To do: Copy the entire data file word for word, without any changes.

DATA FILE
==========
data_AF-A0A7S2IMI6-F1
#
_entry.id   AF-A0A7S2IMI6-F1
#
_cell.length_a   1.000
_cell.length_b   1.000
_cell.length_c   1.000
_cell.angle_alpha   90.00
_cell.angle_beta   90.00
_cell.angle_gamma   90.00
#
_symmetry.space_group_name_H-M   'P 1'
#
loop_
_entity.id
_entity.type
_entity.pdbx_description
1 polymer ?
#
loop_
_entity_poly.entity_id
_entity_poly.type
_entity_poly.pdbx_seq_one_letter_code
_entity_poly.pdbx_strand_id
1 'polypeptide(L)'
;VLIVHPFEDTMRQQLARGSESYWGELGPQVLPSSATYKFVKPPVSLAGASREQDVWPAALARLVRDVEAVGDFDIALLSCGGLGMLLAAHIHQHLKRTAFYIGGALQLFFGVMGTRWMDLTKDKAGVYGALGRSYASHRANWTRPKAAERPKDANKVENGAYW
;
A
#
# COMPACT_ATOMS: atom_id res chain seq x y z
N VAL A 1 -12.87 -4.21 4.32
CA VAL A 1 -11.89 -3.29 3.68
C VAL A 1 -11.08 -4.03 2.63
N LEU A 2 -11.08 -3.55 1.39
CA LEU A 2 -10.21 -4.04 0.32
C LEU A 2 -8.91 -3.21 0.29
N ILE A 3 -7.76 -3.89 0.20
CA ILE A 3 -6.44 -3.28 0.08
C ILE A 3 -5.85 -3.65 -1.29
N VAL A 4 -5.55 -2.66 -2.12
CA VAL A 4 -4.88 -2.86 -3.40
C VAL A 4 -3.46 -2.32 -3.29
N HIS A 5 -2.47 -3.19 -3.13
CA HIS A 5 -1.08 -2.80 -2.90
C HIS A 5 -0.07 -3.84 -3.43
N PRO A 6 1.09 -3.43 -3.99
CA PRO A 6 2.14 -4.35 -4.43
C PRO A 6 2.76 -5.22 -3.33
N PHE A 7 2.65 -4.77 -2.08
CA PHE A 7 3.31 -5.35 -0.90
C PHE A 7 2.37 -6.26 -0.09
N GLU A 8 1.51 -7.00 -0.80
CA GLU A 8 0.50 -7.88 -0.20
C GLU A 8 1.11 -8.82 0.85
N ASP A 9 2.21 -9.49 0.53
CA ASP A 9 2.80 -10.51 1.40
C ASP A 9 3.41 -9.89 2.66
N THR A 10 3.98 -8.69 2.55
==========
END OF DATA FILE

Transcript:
data_AF-A0A7S2IMI6-F1
#
_entry.id   AF-A0A7S2IMI6-F1
#
_cell.length_a   1.000
_cell.length_b   1.000
_cell.length_c   1.000
_cell.angle_alpha   90.00
_cell.angle_beta   90.00
_cell.angle_gamma   90.00
#
_symmetry.space_group_name_H-M   'P 1'
#
loop_
_entity.id
_entity.type
_entity.pdbx_description
1 polymer ?
#
loop_
_entity_poly.entity_id
_entity_poly.type
_entity_poly.pdbx_seq_one_letter_code
_entity_poly.pdbx_strand_id
1 'polypeptide(L)'
;VLIVHPFEDTMRQQLARGSESYWGELGPQVLPSSATYKFVKPPVSLAGASREQDVWPAALARLVRDVEAVGDFDIALLSCGGLGMLLAAHIHQHLKRTAFYIGGALQLFFGVMGTRWMDLTKDKAGVYGALGRSYASHRANWTRPKAAERPKDANKVENGAYW
;
A
#
# COMPACT_ATOMS: atom_id res chain seq x y z
N VAL A 1 -12.87 -4.21 4.32
CA VAL A 1 -11.89 -3.29 3.68
C VAL A 1 -11.08 -4.03 2.63
N LEU A 2 -11.08 -3.55 1.39
CA LEU A 2 -10.21 -4.04 0.32
C LEU A 2 -8.91 -3.21 0.29
N ILE A 3 -7.76 -3.89 0.20
CA ILE A 3 -6.44 -3.28 0.08
C ILE A 3 -5.85 -3.65 -1.29
N VAL A 4 -5.55 -2.66 -2.12
CA VAL A 4 -4.88 -2.86 -3.40
C VAL A 4 -3.46 -2.32 -3.29
N HIS A 5 -2.47 -3.19 -3.13
CA HIS A 5 -1.08 -2.80 -2.90
C HIS A 5 -0.07 -3.84 -3.43
N PRO A 6 1.09 -3.43 -3.99
CA PRO A 6 2.14 -4.35 -4.43
C PRO A 6 2.76 -5.22 -3.33
N PHE A 7 2.65 -4.77 -2.08
CA PHE A 7 3.31 -5.35 -0.90
C PHE A 7 2.37 -6.26 -0.09
N GLU A 8 1.51 -7.00 -0.80
CA GLU A 8 0.50 -7.88 -0.20
C GLU A 8 1.11 -8.82 0.85
N ASP A 9 2.21 -9.49 0.53
CA ASP A 9 2.80 -10.51 1.40
C ASP A 9 3.41 -9.89 2.66
N THR A 10 3.98 -8.69 2.55